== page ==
In New York, police often lie to juvenile suspects in an effort to get them to confess to a crime. This is a highly controversial practice and one that criminal defense lawyers often challenge in court. There are many reasons why police might choose to lie to a suspect, and the suspects themselves and their families need to understand how to protect their rights in this context.
How do police usually lie to juvenile suspects?
Some examples of how police might lie to a juvenile suspect include telling them that they have evidence that implicates the suspect when they actually don’t or telling the suspect that if they confess then they will be able to go home. Also, police might threaten the suspect with a harsher sentence if they don’t confess.
Why do police lie to juvenile suspects?
One reason is that they may believe that the suspect is more likely to confess if they are afraid or intimidated. Another reason is that the police may want to obtain a confession quickly in order to close the case.
All of these tactics are designed to get the suspect to lower their guard and to confess to a crime that they may not have committed.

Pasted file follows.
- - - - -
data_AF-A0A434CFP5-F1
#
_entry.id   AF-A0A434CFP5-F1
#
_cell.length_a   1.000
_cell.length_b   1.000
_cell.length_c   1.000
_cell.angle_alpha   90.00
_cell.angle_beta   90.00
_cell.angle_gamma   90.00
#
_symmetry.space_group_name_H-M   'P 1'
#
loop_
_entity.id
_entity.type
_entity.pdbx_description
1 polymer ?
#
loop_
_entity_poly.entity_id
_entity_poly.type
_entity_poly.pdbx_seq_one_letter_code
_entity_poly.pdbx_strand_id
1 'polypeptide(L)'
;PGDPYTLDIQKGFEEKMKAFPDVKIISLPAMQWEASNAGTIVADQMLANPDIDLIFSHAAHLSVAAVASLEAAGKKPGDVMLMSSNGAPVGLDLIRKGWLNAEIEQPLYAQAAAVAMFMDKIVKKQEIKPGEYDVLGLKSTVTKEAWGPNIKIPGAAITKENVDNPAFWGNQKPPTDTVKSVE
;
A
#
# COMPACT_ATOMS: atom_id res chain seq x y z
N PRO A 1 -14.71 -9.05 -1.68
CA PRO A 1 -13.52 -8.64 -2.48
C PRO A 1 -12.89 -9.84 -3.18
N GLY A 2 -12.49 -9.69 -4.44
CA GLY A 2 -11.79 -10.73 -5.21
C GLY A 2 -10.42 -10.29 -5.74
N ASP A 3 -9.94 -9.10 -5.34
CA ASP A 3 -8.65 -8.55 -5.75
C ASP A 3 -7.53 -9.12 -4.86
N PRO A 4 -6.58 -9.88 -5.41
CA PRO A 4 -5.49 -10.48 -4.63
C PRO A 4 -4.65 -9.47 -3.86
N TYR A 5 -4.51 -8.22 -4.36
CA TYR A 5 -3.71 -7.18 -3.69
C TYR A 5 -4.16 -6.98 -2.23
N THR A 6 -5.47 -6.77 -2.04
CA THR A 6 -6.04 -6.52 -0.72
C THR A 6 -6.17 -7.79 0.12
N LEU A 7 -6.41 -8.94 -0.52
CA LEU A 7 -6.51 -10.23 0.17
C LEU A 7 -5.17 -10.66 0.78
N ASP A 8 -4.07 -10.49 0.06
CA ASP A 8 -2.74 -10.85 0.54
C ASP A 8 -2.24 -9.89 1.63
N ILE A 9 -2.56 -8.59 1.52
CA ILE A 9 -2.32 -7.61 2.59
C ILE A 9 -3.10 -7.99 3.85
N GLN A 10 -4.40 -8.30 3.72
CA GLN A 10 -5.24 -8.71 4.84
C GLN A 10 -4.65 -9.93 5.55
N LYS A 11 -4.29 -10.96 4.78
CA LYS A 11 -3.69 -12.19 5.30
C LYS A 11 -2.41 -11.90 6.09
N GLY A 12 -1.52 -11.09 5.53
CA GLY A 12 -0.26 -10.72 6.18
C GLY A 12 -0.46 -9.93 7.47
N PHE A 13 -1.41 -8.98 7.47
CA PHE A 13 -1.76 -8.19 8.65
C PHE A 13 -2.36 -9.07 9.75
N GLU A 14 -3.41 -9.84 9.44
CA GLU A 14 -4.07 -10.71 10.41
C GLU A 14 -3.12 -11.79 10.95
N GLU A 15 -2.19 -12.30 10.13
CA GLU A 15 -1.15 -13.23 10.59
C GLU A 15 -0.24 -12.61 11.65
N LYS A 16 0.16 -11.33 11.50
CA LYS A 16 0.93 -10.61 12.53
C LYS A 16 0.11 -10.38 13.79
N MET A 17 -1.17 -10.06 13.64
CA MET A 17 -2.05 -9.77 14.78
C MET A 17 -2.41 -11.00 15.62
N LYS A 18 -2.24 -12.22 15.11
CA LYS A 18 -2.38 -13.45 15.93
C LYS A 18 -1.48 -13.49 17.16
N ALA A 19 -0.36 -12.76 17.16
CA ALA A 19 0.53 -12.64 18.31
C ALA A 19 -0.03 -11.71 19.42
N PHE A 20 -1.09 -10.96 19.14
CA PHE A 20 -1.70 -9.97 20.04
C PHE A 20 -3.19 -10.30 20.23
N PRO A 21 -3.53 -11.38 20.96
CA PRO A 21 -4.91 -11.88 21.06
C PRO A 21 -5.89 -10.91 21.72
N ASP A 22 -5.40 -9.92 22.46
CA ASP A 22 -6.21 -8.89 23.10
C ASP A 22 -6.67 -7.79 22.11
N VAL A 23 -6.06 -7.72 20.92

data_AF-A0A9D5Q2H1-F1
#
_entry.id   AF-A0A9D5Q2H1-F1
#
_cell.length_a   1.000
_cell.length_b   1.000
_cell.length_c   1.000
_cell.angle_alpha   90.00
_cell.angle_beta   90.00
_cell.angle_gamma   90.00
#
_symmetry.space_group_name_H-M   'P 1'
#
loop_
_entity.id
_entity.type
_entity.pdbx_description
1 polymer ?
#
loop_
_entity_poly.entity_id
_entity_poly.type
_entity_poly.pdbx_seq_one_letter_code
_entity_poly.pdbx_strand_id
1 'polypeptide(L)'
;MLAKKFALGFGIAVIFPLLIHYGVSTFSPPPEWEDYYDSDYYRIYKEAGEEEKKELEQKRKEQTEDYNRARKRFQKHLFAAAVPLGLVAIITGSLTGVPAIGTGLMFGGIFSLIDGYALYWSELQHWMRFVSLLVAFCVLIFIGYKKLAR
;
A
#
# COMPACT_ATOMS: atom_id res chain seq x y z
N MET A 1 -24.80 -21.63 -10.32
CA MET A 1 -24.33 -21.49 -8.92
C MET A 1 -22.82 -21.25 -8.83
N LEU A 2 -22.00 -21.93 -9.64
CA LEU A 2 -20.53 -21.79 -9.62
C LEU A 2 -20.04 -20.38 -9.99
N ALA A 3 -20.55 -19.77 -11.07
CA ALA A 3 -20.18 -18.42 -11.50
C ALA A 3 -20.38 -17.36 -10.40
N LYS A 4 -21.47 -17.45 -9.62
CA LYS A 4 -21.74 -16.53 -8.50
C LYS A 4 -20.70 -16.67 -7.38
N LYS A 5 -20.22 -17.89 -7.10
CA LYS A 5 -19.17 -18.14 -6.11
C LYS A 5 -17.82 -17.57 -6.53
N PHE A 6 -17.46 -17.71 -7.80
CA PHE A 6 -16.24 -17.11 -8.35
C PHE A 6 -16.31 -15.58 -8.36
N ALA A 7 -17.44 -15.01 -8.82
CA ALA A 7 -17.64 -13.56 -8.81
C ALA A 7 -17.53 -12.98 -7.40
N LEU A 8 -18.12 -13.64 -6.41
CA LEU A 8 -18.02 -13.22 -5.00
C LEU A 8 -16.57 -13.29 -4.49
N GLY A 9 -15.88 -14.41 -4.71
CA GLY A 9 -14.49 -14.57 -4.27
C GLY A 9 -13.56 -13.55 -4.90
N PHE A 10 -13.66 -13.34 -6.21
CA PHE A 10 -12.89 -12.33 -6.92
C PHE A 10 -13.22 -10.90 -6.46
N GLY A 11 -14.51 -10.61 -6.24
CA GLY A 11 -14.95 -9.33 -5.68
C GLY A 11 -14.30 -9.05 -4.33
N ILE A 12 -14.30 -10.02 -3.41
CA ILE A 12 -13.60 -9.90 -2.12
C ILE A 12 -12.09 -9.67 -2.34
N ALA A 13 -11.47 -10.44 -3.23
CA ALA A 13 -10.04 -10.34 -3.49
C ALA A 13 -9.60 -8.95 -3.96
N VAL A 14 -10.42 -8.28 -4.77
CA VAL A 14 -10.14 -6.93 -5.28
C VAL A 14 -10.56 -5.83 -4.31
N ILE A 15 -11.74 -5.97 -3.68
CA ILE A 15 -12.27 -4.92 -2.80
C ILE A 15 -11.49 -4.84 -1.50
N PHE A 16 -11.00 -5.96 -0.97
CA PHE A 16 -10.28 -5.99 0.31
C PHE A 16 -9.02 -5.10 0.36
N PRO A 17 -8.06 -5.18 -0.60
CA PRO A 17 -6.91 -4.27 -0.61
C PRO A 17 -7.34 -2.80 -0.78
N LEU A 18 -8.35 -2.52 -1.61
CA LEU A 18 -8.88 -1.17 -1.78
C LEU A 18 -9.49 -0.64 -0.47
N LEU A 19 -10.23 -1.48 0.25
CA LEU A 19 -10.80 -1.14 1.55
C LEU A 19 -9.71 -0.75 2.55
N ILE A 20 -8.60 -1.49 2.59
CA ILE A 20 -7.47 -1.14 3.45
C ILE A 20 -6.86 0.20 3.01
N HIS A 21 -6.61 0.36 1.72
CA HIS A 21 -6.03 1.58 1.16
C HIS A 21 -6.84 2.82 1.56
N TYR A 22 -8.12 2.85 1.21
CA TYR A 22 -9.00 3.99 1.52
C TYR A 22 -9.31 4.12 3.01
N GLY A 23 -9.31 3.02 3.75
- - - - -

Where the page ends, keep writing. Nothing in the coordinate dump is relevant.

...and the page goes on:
What should a juvenile suspect do?
If you are a juvenile suspect who is being interrogated by police, it is important that you understand your rights. You have the right to remain silent and you have the right to an attorney. You should exercise these rights and not say anything to the police until you have a criminal defense attorney beside you.
Imagine what would happen if a 13-year-old got interrogated by the police without a parent or lawyer present, and the police start telling the child and say that they have evidence implicating them in a crime. The child, being scared and alone, might confess to a crime that they didn’t commit just to get the interrogation to stop.
The criminal justice system is typically designed to protect the rights of suspects, but in practice, those rights are often violated. If you are a juvenile suspect who is being interrogated by police, make sure to understand your rights and exercise them.